A friend sent me the following article from the USA Today insert of his local paper. The article proclaimed “ The 60/40 stock-and-bond portfolio mix is dead in 2016” and went on to explain that with bond interest rates near historical lows, one should reach for higher returns by taking more risk with stocks. The article quoted one adviser who suggested investors in their 60s invest 70 to 80 percent of their portfolio in stocks.
Most of us have heard that stocks have outperformed bonds in the long run. But what is the definition of long run? So far this century, have stocks really outperformed?
In a recent column I exposed my own portfolio and its daring dullness. It is that very dullness which, I believe, is the key to its success. Still, beneath this dull exterior beats the heart of “The Gambler.” Even yours truly gets the occasional urge to buy that risky stock, offering the possibility of a 1,000 percent return, and sometimes I just can’t resist acting on that thrill-seeking urge.
People are often surprised when I describe my personal portfolio to them. Using an analyzing tool from Chicago-based Morningstar, I’ve put together a brief description of my own daringly dull portfolio and, far more important, why it looks like it does.
I’m a fan of the so-called “ robo-advisers.” These are online wealth management services that provide automated software-based portfolio management advice without the use of human advisers. Two of the larger robo-advisers are Betterment and Wealthfront. In addition, Schwab recently launched its version, branded Intelligent Portfolios, and Vanguard has a product called Personal Advisor Services.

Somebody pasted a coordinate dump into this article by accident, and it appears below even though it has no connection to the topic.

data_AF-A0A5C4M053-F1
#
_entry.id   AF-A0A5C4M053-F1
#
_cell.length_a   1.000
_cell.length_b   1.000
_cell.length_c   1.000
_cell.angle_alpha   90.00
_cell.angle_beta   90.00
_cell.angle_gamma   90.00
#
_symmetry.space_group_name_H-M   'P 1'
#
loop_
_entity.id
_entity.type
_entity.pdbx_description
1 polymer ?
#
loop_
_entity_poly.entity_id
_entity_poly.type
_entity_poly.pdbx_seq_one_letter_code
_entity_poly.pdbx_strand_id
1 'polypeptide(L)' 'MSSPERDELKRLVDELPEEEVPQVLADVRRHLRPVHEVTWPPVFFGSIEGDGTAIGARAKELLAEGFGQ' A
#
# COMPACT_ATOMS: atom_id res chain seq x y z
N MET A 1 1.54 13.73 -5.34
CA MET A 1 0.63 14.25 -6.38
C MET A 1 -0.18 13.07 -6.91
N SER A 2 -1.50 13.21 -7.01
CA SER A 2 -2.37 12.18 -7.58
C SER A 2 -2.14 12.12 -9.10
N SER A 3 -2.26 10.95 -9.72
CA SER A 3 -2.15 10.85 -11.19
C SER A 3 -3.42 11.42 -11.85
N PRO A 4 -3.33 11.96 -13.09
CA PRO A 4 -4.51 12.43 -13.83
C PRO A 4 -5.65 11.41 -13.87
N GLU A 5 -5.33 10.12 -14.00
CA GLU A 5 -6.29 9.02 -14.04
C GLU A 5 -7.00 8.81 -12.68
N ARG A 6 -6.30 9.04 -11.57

Six years ago today, the Standard & Poor’s 500 Index closed at 676.5, which represented a 56 percent decline in less than 18 months. Many a shell-shocked pundit predicted then that the bloodbath was not over, such as this article warning that it would take eight years to recover, possibly longer. Harry Dent’s book The Great Depression Ahead was a best-seller, GM was flirting with bankruptcy, and cash was viewed as the only safe haven. It was a very scary time, and many believed capitalism had failed. It was a new paradigm.
I’ve filled out more than a few risk-profile questionnaires over the years. These forms are supposed to measure how much investment risk you’re comfortable with, such as what percentage of your portfolio should be in risky stocks versus low-risk bonds. Every questionnaire I’ve ever done has pegged me as a living-on-the-edge kind of guy who should have between 70 percent and 91 percent of my money in stocks or stock funds. And that’s the problem.
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